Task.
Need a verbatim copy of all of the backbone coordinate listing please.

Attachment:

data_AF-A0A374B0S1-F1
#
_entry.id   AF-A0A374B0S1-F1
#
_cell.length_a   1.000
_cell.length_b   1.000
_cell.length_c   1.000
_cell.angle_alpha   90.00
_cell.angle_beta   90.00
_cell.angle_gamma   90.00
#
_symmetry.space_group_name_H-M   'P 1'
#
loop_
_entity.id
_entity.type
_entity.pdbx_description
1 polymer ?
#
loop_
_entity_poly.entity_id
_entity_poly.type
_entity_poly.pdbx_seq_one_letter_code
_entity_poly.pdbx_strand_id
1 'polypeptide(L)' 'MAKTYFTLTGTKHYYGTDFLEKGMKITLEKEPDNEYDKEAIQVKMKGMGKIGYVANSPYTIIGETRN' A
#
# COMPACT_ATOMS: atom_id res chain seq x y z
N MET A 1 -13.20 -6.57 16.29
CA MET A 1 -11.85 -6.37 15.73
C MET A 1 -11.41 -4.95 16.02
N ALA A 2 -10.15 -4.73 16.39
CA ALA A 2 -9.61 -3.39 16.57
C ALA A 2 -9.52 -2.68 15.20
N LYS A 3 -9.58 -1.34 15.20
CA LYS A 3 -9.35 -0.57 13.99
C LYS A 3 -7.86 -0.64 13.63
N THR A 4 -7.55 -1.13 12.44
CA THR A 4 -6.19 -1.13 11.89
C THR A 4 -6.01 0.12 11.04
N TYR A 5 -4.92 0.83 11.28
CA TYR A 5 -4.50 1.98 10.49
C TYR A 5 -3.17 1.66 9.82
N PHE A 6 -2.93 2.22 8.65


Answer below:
data_AF-A0A374B0S1-F1
#
_entry.id   AF-A0A374B0S1-F1
#
_cell.length_a   1.000
_cell.length_b   1.000
_cell.length_c   1.000
_cell.angle_alpha   90.00
_cell.angle_beta   90.00
_cell.angle_gamma   90.00
#
_symmetry.space_group_name_H-M   'P 1'
#
loop_
_entity.id
_entity.type
_entity.pdbx_description
1 polymer ?
#
loop_
_entity_poly.entity_id
_entity_poly.type
_entity_poly.pdbx_seq_one_letter_code
_entity_poly.pdbx_strand_id
1 'polypeptide(L)' 'MAKTYFTLTGTKHYYGTDFLEKGMKITLEKEPDNEYDKEAIQVKMKGMGKIGYVANSPYTIIGETRN' A
#
# COMPACT_ATOMS: atom_id res chain seq x y z
N MET A 1 -13.20 -6.57 16.29
CA MET A 1 -11.85 -6.37 15.73
C MET A 1 -11.41 -4.95 16.02
N ALA A 2 -10.15 -4.73 16.39
CA ALA A 2 -9.61 -3.39 16.57
C ALA A 2 -9.52 -2.68 15.20
N LYS A 3 -9.58 -1.34 15.20
CA LYS A 3 -9.35 -0.57 13.99
C LYS A 3 -7.86 -0.64 13.63
N THR A 4 -7.55 -1.13 12.44
CA THR A 4 -6.19 -1.13 11.89
C THR A 4 -6.01 0.12 11.04
N TYR A 5 -4.92 0.83 11.28
CA TYR A 5 -4.50 1.98 10.49
C TYR A 5 -3.17 1.66 9.82
N PHE A 6 -2.93 2.22 8.65